If you could just get inside your horse’s head sometimes, right?
Thanks to novel technology developed by French researchers, we could very well be heading that direction. A new, wearable device allows scientists to take electroencephalogram (EEG) measurements from the brain of active, moving horses in real time. The system is opening a gateway into the way horses think and react, the research team said.
“We’re already using the system to detect how, when, and where a horse is directing its mental attention, and we’re preparing to apply it toward welfare research and the detection of emotions, as well,” said Hugo Cousillas, PhD, of the University of Rennes, who studied in collaboration with Martine Hausberger, PhD, also of the University of Rennes.
“Over the medium and long terms, we’re planning developments with veterinarians for medical applications as well, like clinical evaluations following a head trauma, or detection of a cerebrovascular accident, or assistance during surgery, etc.,” he said.
As they perfect the system, even riding centers and owners could benefit from simplified EEG readings of their horses, to get a better idea of how they react to certain situations or environments, Cousillas said.
In their study, Cousillas and his fellow researchers combined EEG and mobile technology to create a novel device that horses can wear on their heads. The “cap” is comfortable for the horses to wear and doesn’t restrict movement. The electrodes are designed to fall into the correct place on the head when a scientist places the cap on the horse’s head.
“EEG readings are sometimes used in clinical settings already, but we find them essentially in conditions where the horse is already immobilized, so a wired system works fine,” he said. “But if we have to immobilize the horse on purpose just to get an EEG reading, then we’re automatically interfering with any results we hope to obtain. And that causes significant limitations for field settings, obviously. But our group is known for its work in ethology in a field setting, so having a noninvasive mobile device that measures brain activity in a free horse became a real need for our research.”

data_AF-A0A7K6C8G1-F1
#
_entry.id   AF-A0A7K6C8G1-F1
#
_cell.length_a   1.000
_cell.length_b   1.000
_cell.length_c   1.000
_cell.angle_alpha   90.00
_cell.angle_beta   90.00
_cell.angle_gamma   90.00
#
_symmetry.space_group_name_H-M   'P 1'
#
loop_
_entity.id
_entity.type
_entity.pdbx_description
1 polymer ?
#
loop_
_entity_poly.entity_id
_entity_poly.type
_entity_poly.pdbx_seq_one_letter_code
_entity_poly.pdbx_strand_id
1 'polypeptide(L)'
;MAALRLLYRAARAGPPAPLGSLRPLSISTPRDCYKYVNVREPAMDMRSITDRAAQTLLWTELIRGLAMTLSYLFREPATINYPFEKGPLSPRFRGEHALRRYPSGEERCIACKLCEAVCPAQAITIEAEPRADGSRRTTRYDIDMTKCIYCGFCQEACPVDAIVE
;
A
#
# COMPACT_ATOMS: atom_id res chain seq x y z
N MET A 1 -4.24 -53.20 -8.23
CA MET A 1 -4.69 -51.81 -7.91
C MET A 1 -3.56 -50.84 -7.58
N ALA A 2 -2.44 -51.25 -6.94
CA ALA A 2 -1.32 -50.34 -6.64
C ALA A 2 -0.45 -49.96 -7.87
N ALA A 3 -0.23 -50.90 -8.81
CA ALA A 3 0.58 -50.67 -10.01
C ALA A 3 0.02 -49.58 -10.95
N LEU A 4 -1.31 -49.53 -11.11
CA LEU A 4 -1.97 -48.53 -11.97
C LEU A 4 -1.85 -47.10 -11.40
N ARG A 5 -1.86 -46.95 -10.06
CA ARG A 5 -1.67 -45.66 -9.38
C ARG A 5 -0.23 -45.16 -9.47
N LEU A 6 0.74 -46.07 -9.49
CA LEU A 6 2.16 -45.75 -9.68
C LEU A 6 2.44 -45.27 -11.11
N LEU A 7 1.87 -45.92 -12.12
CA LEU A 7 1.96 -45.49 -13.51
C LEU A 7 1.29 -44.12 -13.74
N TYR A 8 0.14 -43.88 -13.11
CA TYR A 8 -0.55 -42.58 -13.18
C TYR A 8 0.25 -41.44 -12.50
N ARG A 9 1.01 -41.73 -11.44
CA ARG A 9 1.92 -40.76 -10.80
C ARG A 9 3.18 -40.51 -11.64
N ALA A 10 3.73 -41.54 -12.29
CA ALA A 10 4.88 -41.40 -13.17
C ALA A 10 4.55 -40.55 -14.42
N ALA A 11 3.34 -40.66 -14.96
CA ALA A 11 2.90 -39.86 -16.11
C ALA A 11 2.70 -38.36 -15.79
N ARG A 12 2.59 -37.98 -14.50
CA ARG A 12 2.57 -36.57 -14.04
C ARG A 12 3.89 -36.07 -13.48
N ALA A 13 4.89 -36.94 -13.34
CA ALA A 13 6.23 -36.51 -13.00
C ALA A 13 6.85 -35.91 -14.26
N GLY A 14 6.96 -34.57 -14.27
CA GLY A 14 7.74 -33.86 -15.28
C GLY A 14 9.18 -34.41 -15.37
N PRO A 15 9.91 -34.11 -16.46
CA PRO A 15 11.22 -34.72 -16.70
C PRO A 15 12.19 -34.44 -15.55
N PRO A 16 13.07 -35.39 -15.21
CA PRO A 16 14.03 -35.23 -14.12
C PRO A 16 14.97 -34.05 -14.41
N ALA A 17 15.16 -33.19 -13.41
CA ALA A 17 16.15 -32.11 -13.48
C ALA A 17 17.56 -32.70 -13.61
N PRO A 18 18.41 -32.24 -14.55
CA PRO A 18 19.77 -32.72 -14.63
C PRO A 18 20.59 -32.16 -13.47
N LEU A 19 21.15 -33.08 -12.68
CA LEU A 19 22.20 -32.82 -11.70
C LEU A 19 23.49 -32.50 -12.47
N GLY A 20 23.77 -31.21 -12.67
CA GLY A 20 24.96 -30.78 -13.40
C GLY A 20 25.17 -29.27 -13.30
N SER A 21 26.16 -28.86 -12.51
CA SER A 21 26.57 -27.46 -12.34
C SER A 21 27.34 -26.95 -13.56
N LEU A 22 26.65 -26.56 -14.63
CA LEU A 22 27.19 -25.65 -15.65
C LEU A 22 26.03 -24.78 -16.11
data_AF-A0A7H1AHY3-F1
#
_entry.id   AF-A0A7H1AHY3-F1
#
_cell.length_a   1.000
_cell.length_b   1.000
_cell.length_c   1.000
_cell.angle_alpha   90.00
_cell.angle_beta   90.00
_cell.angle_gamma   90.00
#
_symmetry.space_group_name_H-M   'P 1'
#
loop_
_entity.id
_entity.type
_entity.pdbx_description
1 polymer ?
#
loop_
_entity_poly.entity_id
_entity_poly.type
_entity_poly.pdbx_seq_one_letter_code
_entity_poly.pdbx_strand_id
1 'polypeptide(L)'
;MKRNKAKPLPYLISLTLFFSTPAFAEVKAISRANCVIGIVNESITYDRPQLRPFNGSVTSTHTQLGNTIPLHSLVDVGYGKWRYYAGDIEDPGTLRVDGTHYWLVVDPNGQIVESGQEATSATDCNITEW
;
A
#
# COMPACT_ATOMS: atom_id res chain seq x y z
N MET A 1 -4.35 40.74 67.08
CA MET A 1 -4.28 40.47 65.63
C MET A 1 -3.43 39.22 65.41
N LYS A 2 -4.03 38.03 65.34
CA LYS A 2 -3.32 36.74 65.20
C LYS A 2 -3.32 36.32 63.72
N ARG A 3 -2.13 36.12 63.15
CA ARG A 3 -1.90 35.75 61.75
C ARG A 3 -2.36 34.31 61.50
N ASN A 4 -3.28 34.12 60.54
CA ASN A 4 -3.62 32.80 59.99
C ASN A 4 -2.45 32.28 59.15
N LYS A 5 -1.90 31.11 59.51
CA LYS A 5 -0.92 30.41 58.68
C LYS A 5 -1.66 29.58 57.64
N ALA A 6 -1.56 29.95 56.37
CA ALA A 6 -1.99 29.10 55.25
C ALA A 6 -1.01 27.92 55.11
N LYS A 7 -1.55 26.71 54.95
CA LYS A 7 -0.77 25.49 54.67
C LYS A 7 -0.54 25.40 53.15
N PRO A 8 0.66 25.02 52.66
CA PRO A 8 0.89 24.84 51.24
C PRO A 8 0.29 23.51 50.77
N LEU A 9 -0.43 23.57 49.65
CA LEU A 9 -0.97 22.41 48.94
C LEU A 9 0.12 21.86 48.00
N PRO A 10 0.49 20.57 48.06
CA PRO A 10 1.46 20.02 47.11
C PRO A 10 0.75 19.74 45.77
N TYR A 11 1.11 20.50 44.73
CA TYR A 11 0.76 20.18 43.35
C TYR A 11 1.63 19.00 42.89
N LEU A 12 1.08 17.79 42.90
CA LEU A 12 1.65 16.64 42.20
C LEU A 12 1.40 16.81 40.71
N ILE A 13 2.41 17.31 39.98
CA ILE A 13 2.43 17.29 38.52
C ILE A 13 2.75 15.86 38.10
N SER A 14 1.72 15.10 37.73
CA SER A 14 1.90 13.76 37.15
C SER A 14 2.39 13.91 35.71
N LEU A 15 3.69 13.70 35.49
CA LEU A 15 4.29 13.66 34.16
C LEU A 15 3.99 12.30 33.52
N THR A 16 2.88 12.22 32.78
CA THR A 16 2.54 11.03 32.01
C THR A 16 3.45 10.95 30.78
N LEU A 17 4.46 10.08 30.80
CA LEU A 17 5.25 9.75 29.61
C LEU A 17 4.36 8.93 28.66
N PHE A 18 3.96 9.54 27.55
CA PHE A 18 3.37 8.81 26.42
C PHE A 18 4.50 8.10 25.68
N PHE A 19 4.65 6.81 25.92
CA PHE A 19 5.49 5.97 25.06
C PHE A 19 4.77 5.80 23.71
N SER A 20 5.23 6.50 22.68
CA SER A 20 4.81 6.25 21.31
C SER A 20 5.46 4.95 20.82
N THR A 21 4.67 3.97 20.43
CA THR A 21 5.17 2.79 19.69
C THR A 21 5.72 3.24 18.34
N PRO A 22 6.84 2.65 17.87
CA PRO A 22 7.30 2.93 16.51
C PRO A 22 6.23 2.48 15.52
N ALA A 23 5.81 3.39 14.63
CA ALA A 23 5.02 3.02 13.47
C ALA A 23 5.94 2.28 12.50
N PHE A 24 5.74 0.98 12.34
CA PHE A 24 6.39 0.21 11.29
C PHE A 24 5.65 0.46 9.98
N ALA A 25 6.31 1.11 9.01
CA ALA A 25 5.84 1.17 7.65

Their novel device places five electrodes on the horse’s forehead over the parietal and frontal bones. Made with large rubber bands, it permits stable electrode contact with the skin and is adjustable for different head sizes, said the researchers.
Bypassing Bluetooth technology for this device, the researchers used an EEG amplifier to emit radio waves from the cap to an FM radio wave receiver. Wireless real-time data streamed directly into a computer connected to the FM receiver for analysis.
The research team tested the device on five riding horses from the French national equitation school in Saumur. They recorded EEG readings on the horses for 15 minutes each once a day for two days. In this primary experiment, the horses stood standing quietly during this time.
The scientists compared their EEG data with behavioral observations from the video recordings of the EEG recording sessions. They also compared the data to those obtained from previous EEG recordings of other horses using standard EEG equipment.
They found that their mobile system provided data consistent with data obtained for horses using a fixed system, Cousillas said. He said they also noted remarkable correlations between the horses’ behaviors and their EEG readings, indicating the system was reliable.
“We’re working with prototypes right now that we’re constantly improving, making them easier and easier to use,” he said. “We hope that in the future we can have a commercial version available for home use, as well.”
While the commercial version won’t be available any time soon, Cousillas said the aim is to keep the price as affordable as possible to maximize the number of horses and owners that can benefit from the technology.
The study, “An Ambulatory Electroencephalography System for Freely Moving Horses: An Innovating Approach,” was published in Frontiers in Veterinary Science.